Miles run today: 4.5
Temperature when I got back from my run: 89
Peach pies made and eaten yesterday: 1
My parents used to torture us by taking us to pick blueberries on the Fourth of July.
Place I wanted to be on the Fourth of July: the pool. With my friends. In water.
Place my parents wanted to be: in a field in the 95-degree sun. Picking fruit that I didn’t even like.
So guess where I’m taking my kids tomorrow? Yep. To pick blueberries. In the hot sun. Maybe they’ll love it and have warm and fuzzy memories about their cool mom. Or not.
I discovered long ago that I’m exactly as tough as I need to be and not a bit tougher than that. I’m reading the Bear Grylls biography right now, “Mud, Sweat and Tears,” and his account of being a recruit for the SAS Reserves (something like our Green Berets) has made me realize I would flunk out on the first day.
If the instructors had me wake up at 4 a.m. and weigh my 55-pound pack, then told me I had to run over mountains with said pack for 20 miles, then turn around and come back, I would laugh. I would look around for a candid camera and hope the ice cream truck would pull up nearby to rescue me. For people like Bear, it made him try harder. Bless his heart.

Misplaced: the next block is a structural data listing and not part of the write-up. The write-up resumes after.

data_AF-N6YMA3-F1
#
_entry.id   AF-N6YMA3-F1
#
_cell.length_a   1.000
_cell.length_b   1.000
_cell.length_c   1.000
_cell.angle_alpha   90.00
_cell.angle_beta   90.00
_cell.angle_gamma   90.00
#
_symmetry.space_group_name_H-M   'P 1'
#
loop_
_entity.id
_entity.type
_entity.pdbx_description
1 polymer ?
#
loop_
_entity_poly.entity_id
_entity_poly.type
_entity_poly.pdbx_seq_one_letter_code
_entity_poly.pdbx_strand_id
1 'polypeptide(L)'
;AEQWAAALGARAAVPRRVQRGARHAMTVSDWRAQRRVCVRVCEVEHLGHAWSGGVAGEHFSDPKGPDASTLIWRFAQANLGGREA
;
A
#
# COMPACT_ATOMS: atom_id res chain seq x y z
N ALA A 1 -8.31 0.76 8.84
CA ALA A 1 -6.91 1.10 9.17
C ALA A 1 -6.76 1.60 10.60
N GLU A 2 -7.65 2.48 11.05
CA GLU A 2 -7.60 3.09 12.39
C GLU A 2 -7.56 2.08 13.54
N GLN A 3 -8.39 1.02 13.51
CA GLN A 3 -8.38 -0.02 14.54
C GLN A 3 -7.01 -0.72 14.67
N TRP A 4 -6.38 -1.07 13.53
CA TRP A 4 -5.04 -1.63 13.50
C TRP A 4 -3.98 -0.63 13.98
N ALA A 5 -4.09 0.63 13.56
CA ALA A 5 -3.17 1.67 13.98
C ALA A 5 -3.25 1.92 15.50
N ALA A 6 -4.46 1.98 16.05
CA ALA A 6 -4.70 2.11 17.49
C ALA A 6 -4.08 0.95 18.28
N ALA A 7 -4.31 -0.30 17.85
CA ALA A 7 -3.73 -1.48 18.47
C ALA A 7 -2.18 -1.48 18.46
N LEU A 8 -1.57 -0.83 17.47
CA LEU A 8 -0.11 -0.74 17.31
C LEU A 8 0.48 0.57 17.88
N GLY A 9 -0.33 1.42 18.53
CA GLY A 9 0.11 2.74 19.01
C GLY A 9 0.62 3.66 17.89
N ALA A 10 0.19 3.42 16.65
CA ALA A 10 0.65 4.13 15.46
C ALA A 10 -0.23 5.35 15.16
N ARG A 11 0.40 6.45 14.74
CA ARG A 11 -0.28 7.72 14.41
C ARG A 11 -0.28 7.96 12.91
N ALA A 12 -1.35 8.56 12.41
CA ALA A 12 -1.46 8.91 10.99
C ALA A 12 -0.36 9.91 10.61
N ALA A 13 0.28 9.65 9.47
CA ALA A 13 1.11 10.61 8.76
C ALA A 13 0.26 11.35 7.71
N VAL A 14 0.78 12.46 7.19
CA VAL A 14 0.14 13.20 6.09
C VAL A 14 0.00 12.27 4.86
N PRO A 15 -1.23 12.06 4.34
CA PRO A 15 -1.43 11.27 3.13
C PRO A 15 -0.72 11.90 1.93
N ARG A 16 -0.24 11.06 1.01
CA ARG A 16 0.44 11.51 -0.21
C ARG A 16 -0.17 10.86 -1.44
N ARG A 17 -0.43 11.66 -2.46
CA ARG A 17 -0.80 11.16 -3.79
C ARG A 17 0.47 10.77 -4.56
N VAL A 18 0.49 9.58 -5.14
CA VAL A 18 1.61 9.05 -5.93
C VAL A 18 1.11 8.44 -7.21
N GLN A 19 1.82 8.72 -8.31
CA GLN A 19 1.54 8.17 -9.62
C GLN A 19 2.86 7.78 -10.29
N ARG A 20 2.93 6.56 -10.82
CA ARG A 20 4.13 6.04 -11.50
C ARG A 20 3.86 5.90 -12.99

For my job, I have interviewed several servicemen and women as well as some military spouses. One little girl in our area is collecting letters to send to soldiers. Her goal is to collect and send over a million letters. For the Fourth of July, I wanted to share some thoughts in an open letter.
Dear United States Armed Forces Member:
When I was younger, the thought of signing up for any military assignment sounded both frightening and overwhelming. The mental and physical toughness you exhibited simply by signing up is admirable. To stick with it through difficult overseas deployments blows my mind.
As I have gotten older and read accounts of war and sacrifice throughout our nation’s history, I realize that people like you have ensured that people like me can keep on keeping on.
If we want to pick blueberries in the hot sun on the Fourth of July, we can. If we want to spend three months hiking the Appalachian Trail, we can. Or if we want to toil away at a computer in our comfy little homes while you are patroling in dangerous war zones, you make every single mundane thing possible.
Spouses and family members of servicemen and women: thank you for all of the sacrifices you make and lonely days and nights you spend away from your child/husband/wife/mother/father. I now understand more about how important that person is to me personally and to our nation.
When you have to cut the grass, pay the bills and figure out childcare while your spouse is deployed for several months at a time, please know that I appreciate you. When you have to Skype your child in a hot place overseas and wonder if they are okay as you watch the news each morning, please know that I appreciate you.
Today is Independence Day, not Memorial Day. But I know that we are able to celebrate with splashy fireworks and corn-on-the-cob today because of you.
When I hear the fireworks outside and see people celebrating in red-white-and-blue, I will be thinking of all the people who make this day possible each year.